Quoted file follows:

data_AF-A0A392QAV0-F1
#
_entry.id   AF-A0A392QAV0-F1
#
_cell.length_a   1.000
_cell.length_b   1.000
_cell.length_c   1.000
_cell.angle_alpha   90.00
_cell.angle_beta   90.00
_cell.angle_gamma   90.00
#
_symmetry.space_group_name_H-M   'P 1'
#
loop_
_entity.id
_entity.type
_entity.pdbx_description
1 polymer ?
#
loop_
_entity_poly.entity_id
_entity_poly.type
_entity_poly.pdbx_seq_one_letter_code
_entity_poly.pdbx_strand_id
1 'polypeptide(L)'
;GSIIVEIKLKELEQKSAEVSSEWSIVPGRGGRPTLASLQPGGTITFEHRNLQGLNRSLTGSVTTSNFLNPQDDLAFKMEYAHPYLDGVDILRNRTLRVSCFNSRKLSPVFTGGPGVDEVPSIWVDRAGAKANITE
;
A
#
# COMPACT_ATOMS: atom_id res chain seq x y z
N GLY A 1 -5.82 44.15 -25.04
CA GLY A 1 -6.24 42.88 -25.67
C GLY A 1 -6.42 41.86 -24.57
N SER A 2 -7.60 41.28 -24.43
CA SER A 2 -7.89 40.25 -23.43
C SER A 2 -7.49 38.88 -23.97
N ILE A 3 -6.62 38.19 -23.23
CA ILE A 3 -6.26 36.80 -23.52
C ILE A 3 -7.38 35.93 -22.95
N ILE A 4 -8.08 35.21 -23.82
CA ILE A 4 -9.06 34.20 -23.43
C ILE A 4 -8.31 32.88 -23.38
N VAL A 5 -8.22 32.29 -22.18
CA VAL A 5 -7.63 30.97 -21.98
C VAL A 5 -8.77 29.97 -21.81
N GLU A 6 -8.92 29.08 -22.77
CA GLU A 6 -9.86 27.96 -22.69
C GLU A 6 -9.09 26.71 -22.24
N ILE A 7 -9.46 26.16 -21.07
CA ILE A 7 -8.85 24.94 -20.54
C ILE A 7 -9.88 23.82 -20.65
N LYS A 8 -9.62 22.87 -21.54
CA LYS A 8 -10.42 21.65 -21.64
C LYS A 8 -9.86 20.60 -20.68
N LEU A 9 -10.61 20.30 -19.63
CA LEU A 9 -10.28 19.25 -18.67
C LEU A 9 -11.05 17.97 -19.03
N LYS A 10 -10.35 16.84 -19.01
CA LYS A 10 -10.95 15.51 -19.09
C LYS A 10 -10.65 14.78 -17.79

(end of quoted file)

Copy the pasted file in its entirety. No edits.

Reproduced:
data_AF-A0A392QAV0-F1
#
_entry.id   AF-A0A392QAV0-F1
#
_cell.length_a   1.000
_cell.length_b   1.000
_cell.length_c   1.000
_cell.angle_alpha   90.00
_cell.angle_beta   90.00
_cell.angle_gamma   90.00
#
_symmetry.space_group_name_H-M   'P 1'
#
loop_
_entity.id
_entity.type
_entity.pdbx_description
1 polymer ?
#
loop_
_entity_poly.entity_id
_entity_poly.type
_entity_poly.pdbx_seq_one_letter_code
_entity_poly.pdbx_strand_id
1 'polypeptide(L)'
;GSIIVEIKLKELEQKSAEVSSEWSIVPGRGGRPTLASLQPGGTITFEHRNLQGLNRSLTGSVTTSNFLNPQDDLAFKMEYAHPYLDGVDILRNRTLRVSCFNSRKLSPVFTGGPGVDEVPSIWVDRAGAKANITE
;
A
#
# COMPACT_ATOMS: atom_id res chain seq x y z
N GLY A 1 -5.82 44.15 -25.04
CA GLY A 1 -6.24 42.88 -25.67
C GLY A 1 -6.42 41.86 -24.57
N SER A 2 -7.60 41.28 -24.43
CA SER A 2 -7.89 40.25 -23.43
C SER A 2 -7.49 38.88 -23.97
N ILE A 3 -6.62 38.19 -23.23
CA ILE A 3 -6.26 36.80 -23.52
C ILE A 3 -7.38 35.93 -22.95
N ILE A 4 -8.08 35.21 -23.82
CA ILE A 4 -9.06 34.20 -23.43
C ILE A 4 -8.31 32.88 -23.38
N VAL A 5 -8.22 32.29 -22.18
CA VAL A 5 -7.63 30.97 -21.98
C VAL A 5 -8.77 29.97 -21.81
N GLU A 6 -8.92 29.08 -22.77
CA GLU A 6 -9.86 27.96 -22.69
C GLU A 6 -9.09 26.71 -22.24
N ILE A 7 -9.46 26.16 -21.07
CA ILE A 7 -8.85 24.94 -20.54
C ILE A 7 -9.88 23.82 -20.65
N LYS A 8 -9.62 22.87 -21.54
CA LYS A 8 -10.42 21.65 -21.64
C LYS A 8 -9.86 20.60 -20.68
N LEU A 9 -10.61 20.30 -19.63
CA LEU A 9 -10.28 19.25 -18.67
C LEU A 9 -11.05 17.97 -19.03
N LYS A 10 -10.35 16.84 -19.01
CA LYS A 10 -10.95 15.51 -19.09
C LYS A 10 -10.65 14.78 -17.79